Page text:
Jimmy James ready for Simply Myrna
Although veteran singer-songwriter Jimmy James says it’s great to be back in Jamaica, the jovial entertainer told The Gleaner that he is “nervous as hell” about his upcoming performance at Simply Myrna tomorrow night.
In a very light-hearted mood when we caught up with him at his hotel, he jokingly wondered “what he has done to Myrna for her to want to inflict me on the Jamaican people”.
Simply Myrna is scheduled to take place on Saturday at the Courtleigh Auditorium in New Kingston.
James’ career spans over five decades, and his biography states that while a member of the Vagabonds, they toured the United Kingdom extensively and became the first-ever musical unit from the Western Hemisphere to entertain behind the Iron Curtain when they were invited to Hungary to perform a series of concerts.
The many tours that followed were to countries such as Tunisia, Germany, Greece, France, Belgium, Holland, and others.
He has shared stage with The Beatles, Sonny and Cher, Rod Stewart, Bobby Womack, and many others. He was also the first artiste to sing live on the BBC’s ‘Top of the Pops’.
James, who is 79 but credits his much younger appearance to “good genes”, now lives life on the high seas.
“I do a lot of cruises. When this idea was first introduced to me more than a decade ago, I told my agent, ‘Never!’ but we did the first one and it went well, and soon, I had a long list of shows to do on cruises,” the affable James said.
Some of the cruises run from three days to 10 days and include hen parties, or are classified as ‘booze cruises’, where they go from London to Belgium and back. But there are longer cruises, which take him to the Caribbean, and these are the ones which James actually loves.
“We were in the Caribbean during the Christmas. Now, that was fun,” he said with gusto.
James, who is the consummate professional, was waiting patiently to be picked up for his rehearsals, which he was actually looking forward to. However, he insists that he was not a show biz person.
“Show business was the furthest thing from my mind. I fell into this by accident,” he revealed.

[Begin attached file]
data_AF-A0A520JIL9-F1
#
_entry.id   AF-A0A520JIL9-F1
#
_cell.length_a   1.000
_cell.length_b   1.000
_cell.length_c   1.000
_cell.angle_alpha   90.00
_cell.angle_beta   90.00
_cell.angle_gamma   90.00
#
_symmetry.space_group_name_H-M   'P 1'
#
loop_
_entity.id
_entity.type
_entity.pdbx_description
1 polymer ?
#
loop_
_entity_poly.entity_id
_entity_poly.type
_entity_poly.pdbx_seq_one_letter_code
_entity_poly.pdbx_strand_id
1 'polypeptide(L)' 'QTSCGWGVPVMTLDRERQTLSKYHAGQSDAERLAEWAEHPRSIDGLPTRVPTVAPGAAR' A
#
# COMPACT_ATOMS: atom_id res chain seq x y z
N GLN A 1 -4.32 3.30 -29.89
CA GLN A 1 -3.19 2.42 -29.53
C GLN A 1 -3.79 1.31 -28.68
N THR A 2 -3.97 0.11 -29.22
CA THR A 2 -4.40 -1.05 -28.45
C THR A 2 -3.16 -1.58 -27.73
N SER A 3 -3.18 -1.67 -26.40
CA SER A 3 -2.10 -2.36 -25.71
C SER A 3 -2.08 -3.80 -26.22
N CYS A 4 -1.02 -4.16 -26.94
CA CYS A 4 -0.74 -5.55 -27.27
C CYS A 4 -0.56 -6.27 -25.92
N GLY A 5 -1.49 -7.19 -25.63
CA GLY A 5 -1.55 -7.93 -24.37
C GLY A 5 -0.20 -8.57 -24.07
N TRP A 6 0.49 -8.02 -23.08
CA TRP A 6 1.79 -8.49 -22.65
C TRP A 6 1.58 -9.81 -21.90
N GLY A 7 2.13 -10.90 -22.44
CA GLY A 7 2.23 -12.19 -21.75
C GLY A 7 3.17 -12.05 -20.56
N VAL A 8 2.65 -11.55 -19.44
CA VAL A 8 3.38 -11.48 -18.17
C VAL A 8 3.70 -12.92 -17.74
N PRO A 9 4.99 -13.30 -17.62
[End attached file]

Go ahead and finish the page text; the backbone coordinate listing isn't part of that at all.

His story is that he wanted to be a songwriter because “they used to get all the girls”. So he wrote a song, which, by the way, is now a classic, Come To Me Softly, and gave it to producer Herman Sang, the husband of Sonia Pottinger.
“I happened to go to the studio while they were doing the recording, and Herman asked me to go inside the voicing room and do a demo for the person who was going to sing the song,” James said.
The next thing he knew, he was at his filing clerk job at a tax office when he heard the song on the radio, and the singer was none other than himself.
“I cussed Herman, you see,” he said with a loud chuckle.
As they say, the rest is history.
In short order, Jimmy James and the Vagabonds was born, and with the subsequent popularity of that song and others, the group became highly sought-after. By the year 1964, they had taken ska and rocksteady to Britain, where they had a large following.
‘WE WERE LIKE THE BEATLES’
“Wherever we went, there were long lines and the ballrooms were full. We were like the Beatles, but the thing is that we were never business-minded, we were doing this thing for fun. So we were ripped off,” he recalled of the early days.
But this didn’t prevent the Vagabonds from going on to score major hits. A Man Like Me (1970) and James’ signature song, I’ll Go Where The Music Takes Me, were massive hits in Britain and to this day, are still in demand.
Among James’ most memorable tours in recent times was one he did in 2015 with singer Ben E King.
“We did a fabulous tour performing in theatres throughout England. In fact, it was so good that the promoters were getting ready to book dates for the following year,” he recalled. However, King, who had been sick, passed away two weeks after the tour ended. “He was such a gentle soul. You would never know that he wrote megahits like Stand By Me.”
James, who describes his life outside of cruising as fairly quiet, says he misses his lifelong friend, Count Prince Miller, who was also their emcee back in the day.
“Count Prince was my best friend. We would meet up every week and have dinner, but all of that is now in the past. And it didn’t hit me until about three weeks after he left and there was this void, because I really don’t have many friends,” he said.
Refocusing on tomorrow night’s show, James said modestly that he “hopes to entertain”.
“I would tell patrons to bring their voices as well. I have been singing so long that I’ll need all the help I can get,” he said robustly as he hurried off to the rehearsals.